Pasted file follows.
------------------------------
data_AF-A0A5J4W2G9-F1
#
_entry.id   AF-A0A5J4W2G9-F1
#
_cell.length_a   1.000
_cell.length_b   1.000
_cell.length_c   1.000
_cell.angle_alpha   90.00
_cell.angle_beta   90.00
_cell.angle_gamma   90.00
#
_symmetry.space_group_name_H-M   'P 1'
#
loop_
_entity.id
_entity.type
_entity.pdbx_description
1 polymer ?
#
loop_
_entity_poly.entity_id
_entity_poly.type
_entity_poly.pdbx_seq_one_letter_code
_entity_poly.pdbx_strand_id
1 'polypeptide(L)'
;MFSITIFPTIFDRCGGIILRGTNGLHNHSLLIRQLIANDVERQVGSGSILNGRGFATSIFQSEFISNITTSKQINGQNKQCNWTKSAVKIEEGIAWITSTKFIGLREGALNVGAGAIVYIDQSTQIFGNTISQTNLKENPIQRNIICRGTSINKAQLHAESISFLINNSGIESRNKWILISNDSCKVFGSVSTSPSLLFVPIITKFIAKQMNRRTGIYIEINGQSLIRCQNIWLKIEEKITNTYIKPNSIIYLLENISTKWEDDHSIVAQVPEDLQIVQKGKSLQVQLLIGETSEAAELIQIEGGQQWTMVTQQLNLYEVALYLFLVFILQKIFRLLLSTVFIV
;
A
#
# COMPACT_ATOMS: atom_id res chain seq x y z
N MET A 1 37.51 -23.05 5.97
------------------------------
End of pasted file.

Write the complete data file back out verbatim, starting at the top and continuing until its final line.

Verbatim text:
data_AF-A0A5J4W2G9-F1
#
_entry.id   AF-A0A5J4W2G9-F1
#
_cell.length_a   1.000
_cell.length_b   1.000
_cell.length_c   1.000
_cell.angle_alpha   90.00
_cell.angle_beta   90.00
_cell.angle_gamma   90.00
#
_symmetry.space_group_name_H-M   'P 1'
#
loop_
_entity.id
_entity.type
_entity.pdbx_description
1 polymer ?
#
loop_
_entity_poly.entity_id
_entity_poly.type
_entity_poly.pdbx_seq_one_letter_code
_entity_poly.pdbx_strand_id
1 'polypeptide(L)'
;MFSITIFPTIFDRCGGIILRGTNGLHNHSLLIRQLIANDVERQVGSGSILNGRGFATSIFQSEFISNITTSKQINGQNKQCNWTKSAVKIEEGIAWITSTKFIGLREGALNVGAGAIVYIDQSTQIFGNTISQTNLKENPIQRNIICRGTSINKAQLHAESISFLINNSGIESRNKWILISNDSCKVFGSVSTSPSLLFVPIITKFIAKQMNRRTGIYIEINGQSLIRCQNIWLKIEEKITNTYIKPNSIIYLLENISTKWEDDHSIVAQVPEDLQIVQKGKSLQVQLLIGETSEAAELIQIEGGQQWTMVTQQLNLYEVALYLFLVFILQKIFRLLLSTVFIV
;
A
#
# COMPACT_ATOMS: atom_id res chain seq x y z
N MET A 1 37.51 -23.05 5.97